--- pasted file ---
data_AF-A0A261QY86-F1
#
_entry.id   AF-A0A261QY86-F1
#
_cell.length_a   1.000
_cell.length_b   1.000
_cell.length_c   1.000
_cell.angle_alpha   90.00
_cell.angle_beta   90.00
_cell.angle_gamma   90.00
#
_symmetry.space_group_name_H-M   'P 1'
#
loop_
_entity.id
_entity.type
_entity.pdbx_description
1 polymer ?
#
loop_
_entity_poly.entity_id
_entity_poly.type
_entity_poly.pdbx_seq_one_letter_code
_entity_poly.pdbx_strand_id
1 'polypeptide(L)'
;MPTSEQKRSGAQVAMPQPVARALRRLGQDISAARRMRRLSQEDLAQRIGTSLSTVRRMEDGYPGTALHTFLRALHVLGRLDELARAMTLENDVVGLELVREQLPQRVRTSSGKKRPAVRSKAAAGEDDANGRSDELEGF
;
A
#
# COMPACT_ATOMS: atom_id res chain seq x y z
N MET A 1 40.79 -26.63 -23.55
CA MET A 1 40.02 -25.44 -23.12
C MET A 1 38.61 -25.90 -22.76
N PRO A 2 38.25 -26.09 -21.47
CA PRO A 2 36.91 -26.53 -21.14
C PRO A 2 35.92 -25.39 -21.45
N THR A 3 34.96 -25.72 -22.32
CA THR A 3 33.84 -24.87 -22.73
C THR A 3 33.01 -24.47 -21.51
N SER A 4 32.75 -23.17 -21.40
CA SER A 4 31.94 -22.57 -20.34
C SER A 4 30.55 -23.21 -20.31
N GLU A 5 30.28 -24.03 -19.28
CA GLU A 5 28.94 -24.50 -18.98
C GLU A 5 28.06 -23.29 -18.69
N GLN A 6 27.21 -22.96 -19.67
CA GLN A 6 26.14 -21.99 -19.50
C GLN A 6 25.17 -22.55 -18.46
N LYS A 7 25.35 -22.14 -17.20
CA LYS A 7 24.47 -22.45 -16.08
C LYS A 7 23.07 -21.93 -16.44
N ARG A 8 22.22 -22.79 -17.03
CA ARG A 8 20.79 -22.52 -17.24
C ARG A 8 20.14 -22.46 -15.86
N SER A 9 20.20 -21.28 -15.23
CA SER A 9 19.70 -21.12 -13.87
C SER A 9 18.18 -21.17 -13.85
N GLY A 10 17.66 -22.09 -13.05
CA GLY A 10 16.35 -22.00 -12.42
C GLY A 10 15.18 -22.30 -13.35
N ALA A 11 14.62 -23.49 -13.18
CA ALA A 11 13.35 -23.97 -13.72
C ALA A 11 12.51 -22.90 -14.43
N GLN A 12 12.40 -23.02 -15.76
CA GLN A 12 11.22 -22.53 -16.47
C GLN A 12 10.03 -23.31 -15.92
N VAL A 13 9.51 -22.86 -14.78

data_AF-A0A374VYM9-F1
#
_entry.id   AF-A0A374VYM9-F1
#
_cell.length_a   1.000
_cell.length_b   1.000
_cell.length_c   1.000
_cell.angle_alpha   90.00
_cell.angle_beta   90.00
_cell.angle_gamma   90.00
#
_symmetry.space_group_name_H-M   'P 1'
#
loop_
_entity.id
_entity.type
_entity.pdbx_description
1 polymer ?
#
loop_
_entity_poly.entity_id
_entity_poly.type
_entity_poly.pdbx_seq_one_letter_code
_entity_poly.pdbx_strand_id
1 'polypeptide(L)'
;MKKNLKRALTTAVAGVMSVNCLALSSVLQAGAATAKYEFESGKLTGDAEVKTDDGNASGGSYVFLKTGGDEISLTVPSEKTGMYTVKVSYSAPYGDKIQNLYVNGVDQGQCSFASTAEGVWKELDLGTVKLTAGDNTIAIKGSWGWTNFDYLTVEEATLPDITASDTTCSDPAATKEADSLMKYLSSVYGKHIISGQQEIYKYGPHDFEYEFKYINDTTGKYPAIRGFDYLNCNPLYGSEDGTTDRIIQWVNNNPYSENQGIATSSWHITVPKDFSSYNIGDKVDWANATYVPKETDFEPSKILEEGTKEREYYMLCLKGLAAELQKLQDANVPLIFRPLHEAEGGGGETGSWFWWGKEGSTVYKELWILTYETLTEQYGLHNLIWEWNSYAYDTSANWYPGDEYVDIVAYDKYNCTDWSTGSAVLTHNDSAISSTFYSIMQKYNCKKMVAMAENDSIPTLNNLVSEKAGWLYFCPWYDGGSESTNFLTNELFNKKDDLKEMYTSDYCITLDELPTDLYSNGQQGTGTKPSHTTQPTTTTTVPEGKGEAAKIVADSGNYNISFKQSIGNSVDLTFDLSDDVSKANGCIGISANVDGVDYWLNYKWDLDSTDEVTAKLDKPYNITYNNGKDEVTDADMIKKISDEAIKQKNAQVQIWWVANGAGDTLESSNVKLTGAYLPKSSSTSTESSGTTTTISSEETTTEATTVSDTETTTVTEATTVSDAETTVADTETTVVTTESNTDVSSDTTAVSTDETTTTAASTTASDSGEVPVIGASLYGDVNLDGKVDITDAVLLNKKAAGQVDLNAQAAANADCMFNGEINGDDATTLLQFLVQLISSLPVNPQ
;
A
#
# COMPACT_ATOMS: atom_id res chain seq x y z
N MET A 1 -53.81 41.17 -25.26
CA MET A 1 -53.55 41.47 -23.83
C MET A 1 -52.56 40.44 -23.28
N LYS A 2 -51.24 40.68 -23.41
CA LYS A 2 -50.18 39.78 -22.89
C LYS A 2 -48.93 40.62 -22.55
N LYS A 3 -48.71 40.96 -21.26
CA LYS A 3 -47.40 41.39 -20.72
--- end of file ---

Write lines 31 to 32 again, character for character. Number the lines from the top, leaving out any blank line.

N MET A 1 40.79 -26.63 -23.55
CA MET A 1 40.02 -25.44 -23.12